ADD Forums - Attention Deficit Hyperactivity Disorder Support and Information Resources Community  

Go Back   ADD Forums - Attention Deficit Hyperactivity Disorder Support and Information Resources Community > ADULTS AND ADD/ADHD > Adults with ADD > Women with ADD/ADHD
Register Blogs FAQ Chat Members List Calendar Donate Gallery Arcade Mark Forums Read

Women with ADD/ADHD This forum is for women to discuss issues related to being a woman with AD/HD.

Reply
 
Thread Tools Display Modes
  #1  
Old 09-10-04, 11:03 AM
daisyo75's Avatar
daisyo75 daisyo75 is offline
ADDvanced Member
 

Join Date: Aug 2004
Location: New York
Posts: 121
Thanks: 0
Thanked 6 Times in 4 Posts
daisyo75 is on a distinguished road
Arrow Information on Medications and Breastfeeding for Women with ADD

One of my recent areas of focus has been trying to figure out what, if any, medications I can take while I am breastfeeding. This is an area of concern for me and I wanted to share some of what I have found.

Let me start by saying that I am not claiming to be a medical professional and choosing to take medication while pregnant or breastfeeding is ultimately a decision that must be made by the mother along with her Doctors. My intent is to share my interpretation of the information that I have gathered. I will make an attempt to leave out my personal opinions on the subject and post them separately.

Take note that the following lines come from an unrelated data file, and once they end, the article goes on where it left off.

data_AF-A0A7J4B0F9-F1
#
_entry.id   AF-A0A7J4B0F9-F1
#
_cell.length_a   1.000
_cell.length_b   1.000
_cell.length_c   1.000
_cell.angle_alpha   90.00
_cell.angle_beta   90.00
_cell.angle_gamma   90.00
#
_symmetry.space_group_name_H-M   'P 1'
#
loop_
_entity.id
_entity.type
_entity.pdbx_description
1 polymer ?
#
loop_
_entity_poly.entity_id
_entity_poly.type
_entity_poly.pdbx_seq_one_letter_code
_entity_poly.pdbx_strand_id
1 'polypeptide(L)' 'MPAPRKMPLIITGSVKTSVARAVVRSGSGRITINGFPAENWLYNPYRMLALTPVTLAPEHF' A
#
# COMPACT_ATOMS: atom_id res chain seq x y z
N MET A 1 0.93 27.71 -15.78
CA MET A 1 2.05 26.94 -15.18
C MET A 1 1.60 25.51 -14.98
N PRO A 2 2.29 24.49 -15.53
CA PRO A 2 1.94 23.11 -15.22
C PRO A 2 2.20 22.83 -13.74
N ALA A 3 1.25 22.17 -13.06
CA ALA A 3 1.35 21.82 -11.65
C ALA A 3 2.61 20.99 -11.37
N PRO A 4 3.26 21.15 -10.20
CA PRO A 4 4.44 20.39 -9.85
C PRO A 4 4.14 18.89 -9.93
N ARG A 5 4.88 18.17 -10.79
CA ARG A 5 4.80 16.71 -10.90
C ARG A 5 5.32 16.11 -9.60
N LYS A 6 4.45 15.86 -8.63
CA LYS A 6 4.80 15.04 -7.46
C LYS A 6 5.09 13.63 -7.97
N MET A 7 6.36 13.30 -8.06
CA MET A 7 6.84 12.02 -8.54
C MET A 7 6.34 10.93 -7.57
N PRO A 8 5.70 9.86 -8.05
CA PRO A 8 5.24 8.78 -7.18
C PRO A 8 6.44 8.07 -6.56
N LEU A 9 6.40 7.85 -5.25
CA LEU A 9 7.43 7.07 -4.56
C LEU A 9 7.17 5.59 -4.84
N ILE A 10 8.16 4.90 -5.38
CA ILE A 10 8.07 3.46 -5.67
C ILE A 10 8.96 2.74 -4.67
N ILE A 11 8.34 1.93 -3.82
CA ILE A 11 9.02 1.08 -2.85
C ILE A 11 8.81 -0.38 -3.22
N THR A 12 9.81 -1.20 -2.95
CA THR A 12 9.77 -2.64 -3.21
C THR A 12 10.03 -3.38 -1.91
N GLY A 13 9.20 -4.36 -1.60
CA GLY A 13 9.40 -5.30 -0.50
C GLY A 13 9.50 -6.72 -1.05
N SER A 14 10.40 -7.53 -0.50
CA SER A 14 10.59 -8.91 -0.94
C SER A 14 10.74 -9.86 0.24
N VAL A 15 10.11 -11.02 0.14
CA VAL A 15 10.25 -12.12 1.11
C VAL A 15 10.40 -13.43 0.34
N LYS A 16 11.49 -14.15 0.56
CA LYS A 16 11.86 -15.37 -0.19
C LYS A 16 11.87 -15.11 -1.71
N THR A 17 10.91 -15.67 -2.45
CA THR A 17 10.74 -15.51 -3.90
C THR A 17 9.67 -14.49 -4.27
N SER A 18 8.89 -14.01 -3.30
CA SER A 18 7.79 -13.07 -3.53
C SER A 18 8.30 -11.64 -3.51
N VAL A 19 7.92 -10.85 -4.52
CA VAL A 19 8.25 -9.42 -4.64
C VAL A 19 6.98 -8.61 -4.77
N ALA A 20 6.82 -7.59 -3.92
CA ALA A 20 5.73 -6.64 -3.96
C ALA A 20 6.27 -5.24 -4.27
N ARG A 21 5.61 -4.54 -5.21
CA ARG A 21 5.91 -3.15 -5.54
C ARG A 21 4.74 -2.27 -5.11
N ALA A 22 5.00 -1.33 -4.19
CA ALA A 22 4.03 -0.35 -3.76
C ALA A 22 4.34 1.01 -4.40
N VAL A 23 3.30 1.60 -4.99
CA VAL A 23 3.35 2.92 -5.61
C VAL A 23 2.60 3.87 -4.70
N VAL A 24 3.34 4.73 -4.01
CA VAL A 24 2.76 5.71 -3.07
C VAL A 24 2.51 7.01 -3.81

It is true that very little reseach has been done on the levels that many ADD drugs pass through to breast milk. However, there is at least one researcher that conducting studies and publishing data on this. Interestingly, he is currently looking for participants for a Ritalin study so hopefully there will be some published data on this in the near future.

Dr. Thomas Hale publishes a book called Medications and Mothers' Milk which is largely based on his own research. It is the only reference that I am aware of that specifically discusses the actual affect that different medications have on breast milk. This book is specifically targeted toward medical professionals and includes pharmacology information on several hundred different medications. In addition to prescription medications he covers over-the-counter meds, some herbal supplements and even some street drugs(obviously these are listed as Contradindicated).